Justin Verlander undergoes MRI which confirms triceps strain

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Tigers right-hander Justin Verlander had to cut a simulated game short last Wednesday and he’s currently in shutdown mode due to continued soreness in his throwing arm. While Tigers manager Brad Ausmus said yesterday that there were no plans for Verlander to undergo further tests, team trainer Kevin Rand told James Schmehl of MLive.com today that he actually had an MRI last Thursday which confirmed the original diagnosis of a right triceps strain.

Verlander didn’t undergo an MRI after initially suffering the injury in late March, but Rand defended the decision by saying that they “waited until we felt we needed to.”

“When he wasn’t able to make a step that we wanted, that’s when we decided to dive into some testing at that point in time,” Rand said. “Because it gave us a little bit more concern. But it turned out everything was as we expected from the beginning.”

The Tigers will just have to play the waiting game with Verlander for now. Their starters have been pretty good without him, though. Coming into Monday’s action, they ranked second in the majors behind the Cardinals with a 2.48 ERA.

The Royals are paying everyone. Why can’t all of the other teams?

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Over the past several weeks we’ve heard a lot of news about teams furloughing front office and scouting staff, leveling pay cuts for those who remain and, most recently, ceasing stipends to minor league players and releasing them en masse. The message being sent, intentionally or otherwise, is that baseball teams are feeling the pinch.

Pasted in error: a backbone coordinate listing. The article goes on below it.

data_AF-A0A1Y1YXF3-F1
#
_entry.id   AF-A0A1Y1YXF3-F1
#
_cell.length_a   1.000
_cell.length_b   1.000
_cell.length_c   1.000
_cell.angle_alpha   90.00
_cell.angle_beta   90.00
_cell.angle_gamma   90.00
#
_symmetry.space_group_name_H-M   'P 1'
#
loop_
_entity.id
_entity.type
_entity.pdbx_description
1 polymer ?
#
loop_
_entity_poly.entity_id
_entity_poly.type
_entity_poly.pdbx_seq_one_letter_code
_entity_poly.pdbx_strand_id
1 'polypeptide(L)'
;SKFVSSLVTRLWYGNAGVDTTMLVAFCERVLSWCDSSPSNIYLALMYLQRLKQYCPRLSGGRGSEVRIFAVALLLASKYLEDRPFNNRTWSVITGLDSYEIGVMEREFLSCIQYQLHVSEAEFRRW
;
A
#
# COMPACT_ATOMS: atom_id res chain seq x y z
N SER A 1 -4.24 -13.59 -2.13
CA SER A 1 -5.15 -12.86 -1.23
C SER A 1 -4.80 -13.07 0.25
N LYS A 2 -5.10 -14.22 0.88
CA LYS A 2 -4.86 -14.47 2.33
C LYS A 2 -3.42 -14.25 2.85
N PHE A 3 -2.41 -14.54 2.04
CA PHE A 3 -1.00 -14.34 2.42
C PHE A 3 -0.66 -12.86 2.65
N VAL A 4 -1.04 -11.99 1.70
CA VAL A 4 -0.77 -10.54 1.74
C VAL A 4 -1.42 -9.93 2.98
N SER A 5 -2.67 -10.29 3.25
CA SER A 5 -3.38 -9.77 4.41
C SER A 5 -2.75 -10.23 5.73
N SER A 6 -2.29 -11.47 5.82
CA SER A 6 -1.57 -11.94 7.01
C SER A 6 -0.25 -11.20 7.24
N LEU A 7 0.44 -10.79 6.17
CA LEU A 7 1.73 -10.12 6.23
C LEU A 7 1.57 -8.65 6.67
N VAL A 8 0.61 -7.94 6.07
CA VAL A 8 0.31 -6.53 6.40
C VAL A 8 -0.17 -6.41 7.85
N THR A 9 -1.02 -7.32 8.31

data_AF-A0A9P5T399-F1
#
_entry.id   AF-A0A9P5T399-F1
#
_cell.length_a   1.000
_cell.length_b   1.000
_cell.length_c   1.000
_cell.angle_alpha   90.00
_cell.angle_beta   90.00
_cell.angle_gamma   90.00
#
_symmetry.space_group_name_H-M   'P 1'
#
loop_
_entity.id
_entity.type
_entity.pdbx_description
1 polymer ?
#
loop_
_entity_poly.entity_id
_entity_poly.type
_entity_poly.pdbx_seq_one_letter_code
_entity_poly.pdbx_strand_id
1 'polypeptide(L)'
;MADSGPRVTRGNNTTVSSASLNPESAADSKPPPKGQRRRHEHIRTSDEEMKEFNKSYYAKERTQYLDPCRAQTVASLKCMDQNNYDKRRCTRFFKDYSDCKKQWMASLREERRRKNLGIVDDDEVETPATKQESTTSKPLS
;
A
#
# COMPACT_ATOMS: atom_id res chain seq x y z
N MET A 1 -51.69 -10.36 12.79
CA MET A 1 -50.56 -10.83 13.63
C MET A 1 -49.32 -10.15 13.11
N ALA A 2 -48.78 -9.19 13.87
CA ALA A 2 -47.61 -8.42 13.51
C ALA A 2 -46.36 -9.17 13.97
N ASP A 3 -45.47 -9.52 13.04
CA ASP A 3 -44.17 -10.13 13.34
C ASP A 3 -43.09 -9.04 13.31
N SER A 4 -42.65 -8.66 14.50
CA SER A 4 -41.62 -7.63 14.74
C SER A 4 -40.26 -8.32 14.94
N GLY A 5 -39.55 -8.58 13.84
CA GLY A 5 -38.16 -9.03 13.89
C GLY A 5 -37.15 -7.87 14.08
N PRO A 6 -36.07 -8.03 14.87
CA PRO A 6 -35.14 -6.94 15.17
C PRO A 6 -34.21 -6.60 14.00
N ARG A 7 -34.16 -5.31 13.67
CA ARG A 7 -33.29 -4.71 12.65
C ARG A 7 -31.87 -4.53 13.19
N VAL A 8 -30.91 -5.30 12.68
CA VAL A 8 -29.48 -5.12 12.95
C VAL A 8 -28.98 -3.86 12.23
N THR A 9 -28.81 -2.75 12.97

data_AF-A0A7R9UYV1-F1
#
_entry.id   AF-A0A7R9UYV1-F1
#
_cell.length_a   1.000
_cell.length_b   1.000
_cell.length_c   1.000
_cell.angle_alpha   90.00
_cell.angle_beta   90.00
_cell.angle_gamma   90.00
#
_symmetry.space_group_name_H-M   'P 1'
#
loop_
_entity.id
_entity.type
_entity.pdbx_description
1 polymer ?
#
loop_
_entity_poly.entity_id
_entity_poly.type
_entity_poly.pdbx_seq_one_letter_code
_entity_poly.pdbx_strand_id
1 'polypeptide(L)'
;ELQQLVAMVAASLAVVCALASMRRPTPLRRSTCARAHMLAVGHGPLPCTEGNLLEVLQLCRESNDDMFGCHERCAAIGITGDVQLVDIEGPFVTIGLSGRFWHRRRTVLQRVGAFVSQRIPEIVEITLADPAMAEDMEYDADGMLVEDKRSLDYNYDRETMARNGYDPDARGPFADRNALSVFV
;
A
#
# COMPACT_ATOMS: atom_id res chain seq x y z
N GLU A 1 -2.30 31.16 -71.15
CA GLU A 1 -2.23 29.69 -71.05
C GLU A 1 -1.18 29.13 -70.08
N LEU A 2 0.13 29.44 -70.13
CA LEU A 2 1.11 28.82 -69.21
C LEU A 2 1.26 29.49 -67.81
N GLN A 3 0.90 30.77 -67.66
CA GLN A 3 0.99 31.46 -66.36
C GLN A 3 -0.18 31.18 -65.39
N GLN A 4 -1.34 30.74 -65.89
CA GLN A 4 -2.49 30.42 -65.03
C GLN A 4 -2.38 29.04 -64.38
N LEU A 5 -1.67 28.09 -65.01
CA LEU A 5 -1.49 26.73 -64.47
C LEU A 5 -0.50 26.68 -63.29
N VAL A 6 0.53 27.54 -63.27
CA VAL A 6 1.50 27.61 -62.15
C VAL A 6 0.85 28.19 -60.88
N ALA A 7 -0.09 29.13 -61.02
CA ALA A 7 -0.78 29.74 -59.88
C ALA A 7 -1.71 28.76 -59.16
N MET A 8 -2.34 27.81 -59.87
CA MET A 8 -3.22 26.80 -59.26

The Kansas City Royals, however, are a different story.

Jon Heyman reported this afternoon that the Royals are paying their minor leaguers through August 31, which is when the minor league season would’ve ended, and unlike so many other teams, they are not releasing players either. Jeff Passan, meanwhile, reports that the Royals will not lay any team employees off or furlough anyone. “Nearly 150 employees will not take pay cuts,” he says, though “higher-level employees will take tiered cuts.” Passan adds that the organization intends to restore the lost pay due to those higher-level employees in the future when revenue ramps back up, making them whole.

While baseball finances are murky at best and opaque in most instances, most people agree that the Royals are one of the lower-revenue franchises in the game. They are also near the bottom as far as franchise value goes. Finally, they have the newest ownership group in all of baseball, which means that the group almost certainly has a lot of debt and very little if any equity in the franchise. Any way you slice it, cashflow is likely tighter in Kansas City than almost anywhere else.

Yet the Royals are paying minor leaguers and front office employees while a great number of other teams are not. What’s their excuse?